New Research Sparks Hope for an HIV Cure

HIV Cure
Study senior author Richard Lerner, M.D., Lita Annenberg Hazen Professor of Immunochemistry.

While antiretroviral therapy can eliminate HIV circulating in a person’s blood, it can’t remove it from certain infected cells—as a result, a cure for HIV has remained elusive.

But now, scientists at The Scripps Research Institute (TSRI) have discovered a way to make these cells resistant to HIV by tethering HIV-fighting antibodies to them. And experiments show that these resistant cells quickly replace the infected cells—potentially leading to a cure.

“This protection would be long term,” said Dr. Jia Xie, senior staff scientist at TSRI and first author of the study. The team, led by study senior author Dr. Richard Lerner, a Lita Annenberg Hazen Professor of Immunochemistry at TSRI, now plans to collaborate with investigators at City of Hope’s Center for Gene Therapy to further evaluate the safety and efficacy of this potentially groundbreaking new therapy.

“The ultimate goal will be the control of HIV in patients with AIDS without the need for other medications,” said Dr. John A. Zaia, director of the Center for Gene Therapy in the Hematological Malignancy and Stem Cell Transplantation Institute at City of Hope.

The new TSRI technique offers a significant advantage over therapies where antibodies float freely in the bloodstream at a relatively low concentration. Instead, antibodies in the new study hang on to a cell’s surface, blocking HIV from accessing a crucial receptor and infecting a cell.

Dr. Xie called it the “neighbor effect.” An antibody stuck nearby is more effective than having many antibodies floating throughout the bloodstream.

Before testing their system against HIV, the scientists used rhinovirus (responsible for many cases of the common cold) as a model. They used a vector called lentivirus to deliver a new gene to cultured human cells. This gene instructed cells to synthesize antibodies that bind with the human cell receptor (ICAM-1) that rhinovirus needs. With the antibodies monopolizing that site, the virus cannot enter the cell to spread infection.

“This is really a form of cellular vaccination,” said Dr. Lerner. The researchers then added rhinovirus to both engineered and control cell populations and waited to see what would happen.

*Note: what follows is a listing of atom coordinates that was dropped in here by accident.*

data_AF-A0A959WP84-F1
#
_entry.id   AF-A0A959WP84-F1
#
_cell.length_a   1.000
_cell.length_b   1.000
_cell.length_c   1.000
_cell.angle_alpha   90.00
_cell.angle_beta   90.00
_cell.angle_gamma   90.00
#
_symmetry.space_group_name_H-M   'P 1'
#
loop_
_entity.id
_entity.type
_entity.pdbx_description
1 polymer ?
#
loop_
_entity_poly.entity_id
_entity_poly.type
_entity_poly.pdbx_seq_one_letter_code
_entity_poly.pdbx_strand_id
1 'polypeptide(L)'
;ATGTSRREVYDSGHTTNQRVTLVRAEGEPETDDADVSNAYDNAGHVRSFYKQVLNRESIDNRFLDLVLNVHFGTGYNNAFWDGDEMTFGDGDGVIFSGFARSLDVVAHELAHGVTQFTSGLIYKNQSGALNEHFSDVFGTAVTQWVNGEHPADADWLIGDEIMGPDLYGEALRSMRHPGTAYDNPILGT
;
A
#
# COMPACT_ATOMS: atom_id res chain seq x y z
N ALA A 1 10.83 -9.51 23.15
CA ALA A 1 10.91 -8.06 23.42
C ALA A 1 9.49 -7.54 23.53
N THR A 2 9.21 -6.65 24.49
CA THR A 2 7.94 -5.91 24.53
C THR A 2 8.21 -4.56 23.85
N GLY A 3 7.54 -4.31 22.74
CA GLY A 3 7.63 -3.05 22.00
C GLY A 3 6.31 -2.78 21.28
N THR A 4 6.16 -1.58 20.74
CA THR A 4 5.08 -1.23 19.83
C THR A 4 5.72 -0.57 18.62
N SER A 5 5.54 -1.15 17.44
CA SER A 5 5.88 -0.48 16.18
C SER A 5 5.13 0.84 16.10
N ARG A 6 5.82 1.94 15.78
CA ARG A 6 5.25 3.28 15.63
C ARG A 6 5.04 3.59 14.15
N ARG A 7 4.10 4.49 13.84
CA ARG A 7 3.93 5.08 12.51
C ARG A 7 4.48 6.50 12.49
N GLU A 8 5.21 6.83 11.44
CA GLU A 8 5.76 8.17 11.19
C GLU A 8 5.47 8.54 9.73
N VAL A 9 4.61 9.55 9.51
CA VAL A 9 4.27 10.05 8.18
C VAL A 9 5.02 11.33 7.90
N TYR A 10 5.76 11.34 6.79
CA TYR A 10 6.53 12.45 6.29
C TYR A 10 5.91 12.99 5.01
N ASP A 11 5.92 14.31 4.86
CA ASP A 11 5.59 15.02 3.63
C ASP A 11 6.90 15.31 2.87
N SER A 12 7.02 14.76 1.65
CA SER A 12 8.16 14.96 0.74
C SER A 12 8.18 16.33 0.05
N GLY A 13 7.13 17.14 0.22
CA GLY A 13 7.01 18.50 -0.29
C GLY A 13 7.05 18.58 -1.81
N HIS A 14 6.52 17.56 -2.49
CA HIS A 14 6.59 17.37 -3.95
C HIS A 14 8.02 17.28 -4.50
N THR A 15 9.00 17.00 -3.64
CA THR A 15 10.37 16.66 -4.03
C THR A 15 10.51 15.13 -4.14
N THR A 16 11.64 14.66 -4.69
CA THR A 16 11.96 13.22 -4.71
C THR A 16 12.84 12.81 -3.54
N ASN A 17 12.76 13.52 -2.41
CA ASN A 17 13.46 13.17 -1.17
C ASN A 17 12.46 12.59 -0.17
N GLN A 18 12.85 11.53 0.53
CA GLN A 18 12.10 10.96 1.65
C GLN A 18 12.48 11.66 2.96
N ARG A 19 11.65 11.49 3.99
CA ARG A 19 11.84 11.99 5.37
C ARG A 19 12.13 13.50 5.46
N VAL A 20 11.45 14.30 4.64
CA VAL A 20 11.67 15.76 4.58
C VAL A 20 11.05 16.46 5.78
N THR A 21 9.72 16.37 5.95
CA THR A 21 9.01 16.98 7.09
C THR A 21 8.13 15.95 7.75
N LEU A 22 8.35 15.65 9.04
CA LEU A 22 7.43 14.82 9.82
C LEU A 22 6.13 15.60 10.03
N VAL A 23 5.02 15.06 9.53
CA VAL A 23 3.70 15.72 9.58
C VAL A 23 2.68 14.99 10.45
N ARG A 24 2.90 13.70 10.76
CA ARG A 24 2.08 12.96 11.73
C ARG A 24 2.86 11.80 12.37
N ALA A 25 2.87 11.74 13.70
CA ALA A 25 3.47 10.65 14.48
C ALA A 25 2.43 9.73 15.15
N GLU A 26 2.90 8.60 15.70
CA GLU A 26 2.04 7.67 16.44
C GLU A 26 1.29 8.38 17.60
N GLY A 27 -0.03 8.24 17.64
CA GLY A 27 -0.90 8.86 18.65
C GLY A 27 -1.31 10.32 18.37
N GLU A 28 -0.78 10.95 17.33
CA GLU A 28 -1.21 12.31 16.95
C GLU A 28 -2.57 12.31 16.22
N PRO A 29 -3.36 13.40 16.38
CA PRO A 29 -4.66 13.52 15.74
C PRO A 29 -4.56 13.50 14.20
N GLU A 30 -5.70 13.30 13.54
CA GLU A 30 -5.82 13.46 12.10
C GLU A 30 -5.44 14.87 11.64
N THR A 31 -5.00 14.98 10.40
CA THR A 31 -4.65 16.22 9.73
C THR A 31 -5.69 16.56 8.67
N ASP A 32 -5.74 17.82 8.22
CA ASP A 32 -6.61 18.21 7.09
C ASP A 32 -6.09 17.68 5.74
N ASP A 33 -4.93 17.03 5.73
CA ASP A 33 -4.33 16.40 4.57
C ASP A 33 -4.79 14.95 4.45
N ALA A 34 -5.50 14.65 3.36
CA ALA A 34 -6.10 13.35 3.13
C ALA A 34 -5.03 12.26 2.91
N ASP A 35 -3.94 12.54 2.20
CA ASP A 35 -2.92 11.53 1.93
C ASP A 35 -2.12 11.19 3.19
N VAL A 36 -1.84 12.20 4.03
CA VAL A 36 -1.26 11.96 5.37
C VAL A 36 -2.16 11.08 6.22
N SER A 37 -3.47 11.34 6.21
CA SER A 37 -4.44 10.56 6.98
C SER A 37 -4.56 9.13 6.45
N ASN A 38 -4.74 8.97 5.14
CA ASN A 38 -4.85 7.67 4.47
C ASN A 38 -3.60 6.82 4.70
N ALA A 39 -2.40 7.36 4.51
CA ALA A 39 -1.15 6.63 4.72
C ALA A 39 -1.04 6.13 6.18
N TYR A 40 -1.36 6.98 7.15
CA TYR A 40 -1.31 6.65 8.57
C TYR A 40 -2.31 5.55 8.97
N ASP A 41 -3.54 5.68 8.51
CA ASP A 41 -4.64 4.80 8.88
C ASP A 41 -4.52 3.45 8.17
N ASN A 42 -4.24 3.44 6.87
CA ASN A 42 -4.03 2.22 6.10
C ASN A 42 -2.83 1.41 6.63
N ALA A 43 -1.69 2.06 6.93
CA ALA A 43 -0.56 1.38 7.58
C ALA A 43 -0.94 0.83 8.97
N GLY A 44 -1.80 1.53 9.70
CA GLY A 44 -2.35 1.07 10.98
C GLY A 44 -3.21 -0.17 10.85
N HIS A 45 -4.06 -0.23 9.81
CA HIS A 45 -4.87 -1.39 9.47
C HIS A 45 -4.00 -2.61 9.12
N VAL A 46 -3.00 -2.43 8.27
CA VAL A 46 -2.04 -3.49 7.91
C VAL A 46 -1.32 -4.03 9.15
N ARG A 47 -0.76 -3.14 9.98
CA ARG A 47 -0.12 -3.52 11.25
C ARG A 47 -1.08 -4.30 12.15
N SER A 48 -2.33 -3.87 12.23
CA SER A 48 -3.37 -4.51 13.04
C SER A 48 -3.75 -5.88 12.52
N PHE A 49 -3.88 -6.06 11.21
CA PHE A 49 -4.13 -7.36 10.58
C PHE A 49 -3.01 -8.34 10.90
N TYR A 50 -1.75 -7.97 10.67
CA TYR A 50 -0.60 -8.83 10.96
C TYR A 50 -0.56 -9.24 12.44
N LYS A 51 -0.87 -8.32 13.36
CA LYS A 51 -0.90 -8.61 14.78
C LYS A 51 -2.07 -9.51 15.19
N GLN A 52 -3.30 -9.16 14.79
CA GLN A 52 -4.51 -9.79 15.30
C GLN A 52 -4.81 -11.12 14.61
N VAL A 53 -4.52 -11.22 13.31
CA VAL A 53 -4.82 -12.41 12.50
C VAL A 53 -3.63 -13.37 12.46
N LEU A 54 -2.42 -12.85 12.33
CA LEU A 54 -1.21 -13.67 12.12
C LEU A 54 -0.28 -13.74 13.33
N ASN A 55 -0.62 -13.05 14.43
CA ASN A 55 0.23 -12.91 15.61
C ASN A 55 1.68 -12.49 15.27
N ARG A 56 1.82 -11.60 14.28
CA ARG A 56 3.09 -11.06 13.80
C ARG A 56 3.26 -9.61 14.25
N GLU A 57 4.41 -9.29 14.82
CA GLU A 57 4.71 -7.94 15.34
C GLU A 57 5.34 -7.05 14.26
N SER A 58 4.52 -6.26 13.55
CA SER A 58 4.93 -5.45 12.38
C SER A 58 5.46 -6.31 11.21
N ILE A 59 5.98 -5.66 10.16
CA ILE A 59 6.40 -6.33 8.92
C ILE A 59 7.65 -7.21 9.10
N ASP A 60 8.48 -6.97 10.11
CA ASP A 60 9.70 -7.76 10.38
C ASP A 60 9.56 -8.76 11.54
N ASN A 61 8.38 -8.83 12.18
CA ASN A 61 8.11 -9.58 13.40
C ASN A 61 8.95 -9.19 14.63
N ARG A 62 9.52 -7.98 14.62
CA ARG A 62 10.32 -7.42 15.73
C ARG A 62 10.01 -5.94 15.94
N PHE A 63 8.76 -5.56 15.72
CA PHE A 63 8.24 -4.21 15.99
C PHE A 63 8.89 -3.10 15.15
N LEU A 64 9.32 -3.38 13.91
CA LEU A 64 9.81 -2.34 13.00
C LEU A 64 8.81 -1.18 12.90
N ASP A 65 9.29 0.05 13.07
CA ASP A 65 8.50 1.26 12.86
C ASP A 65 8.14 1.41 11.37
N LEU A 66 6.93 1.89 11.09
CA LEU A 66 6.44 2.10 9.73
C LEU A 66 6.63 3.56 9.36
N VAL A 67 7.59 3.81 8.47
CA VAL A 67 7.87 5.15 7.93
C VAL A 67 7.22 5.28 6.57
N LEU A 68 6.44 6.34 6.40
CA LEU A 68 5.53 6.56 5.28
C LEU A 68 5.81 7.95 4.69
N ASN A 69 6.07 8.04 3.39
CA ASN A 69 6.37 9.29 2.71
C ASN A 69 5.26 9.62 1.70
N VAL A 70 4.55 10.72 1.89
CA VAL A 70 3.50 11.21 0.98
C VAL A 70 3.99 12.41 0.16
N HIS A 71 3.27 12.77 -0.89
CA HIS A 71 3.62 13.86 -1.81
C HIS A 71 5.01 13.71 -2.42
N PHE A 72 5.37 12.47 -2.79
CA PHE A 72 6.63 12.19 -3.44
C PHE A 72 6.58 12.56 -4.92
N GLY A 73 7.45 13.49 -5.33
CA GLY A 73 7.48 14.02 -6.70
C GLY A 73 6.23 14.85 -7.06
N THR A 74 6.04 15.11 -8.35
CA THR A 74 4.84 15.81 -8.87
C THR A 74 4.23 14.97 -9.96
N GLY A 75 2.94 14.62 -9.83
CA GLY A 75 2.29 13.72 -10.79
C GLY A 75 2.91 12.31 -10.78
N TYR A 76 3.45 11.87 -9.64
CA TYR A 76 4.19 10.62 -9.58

The vast majority of cells died in about two days. In dishes with only unengineered cells, the population never recovered. There was an initial die-off in the mixed engineered/unengineered populations, too, but their numbers quickly bounced back. After 125 hours, these cell populations were back up to around the same levels as cells in an uninfected control group.

In essence, the researchers had forced the cells to compete in Darwinian, “survival-of-the-fittest” selection in a lab dish. Cells without antibody protection died off, leaving protected cells to survive and multiply, passing on the protective gene to new cells.

This success led the researchers to test the same technique against HIV. To infect a person, all strains of HIV need to bind with a cell surface receptor called CD4. So the scientists tested antibodies that could potentially protect this receptor.

Again, their technique worked. The antibodies recognized the CD4 binding site, blocking HIV from getting to the receptor—the researchers ended up with an HIV-resistant population.

Dr. Joseph Alvarnas, director of Value-Based Analytics at City of Hope, explained how the TSRI technique could help patients, who—despite treatment with antiretroviral drugs—still suffer from higher rates of other diseases, such as cancers. “HIV is treatable but not curable—this remains a disease that causes a lot of suffering. That makes the case for why these technologies are so important,” he said.

Source : The Scripps Research Institute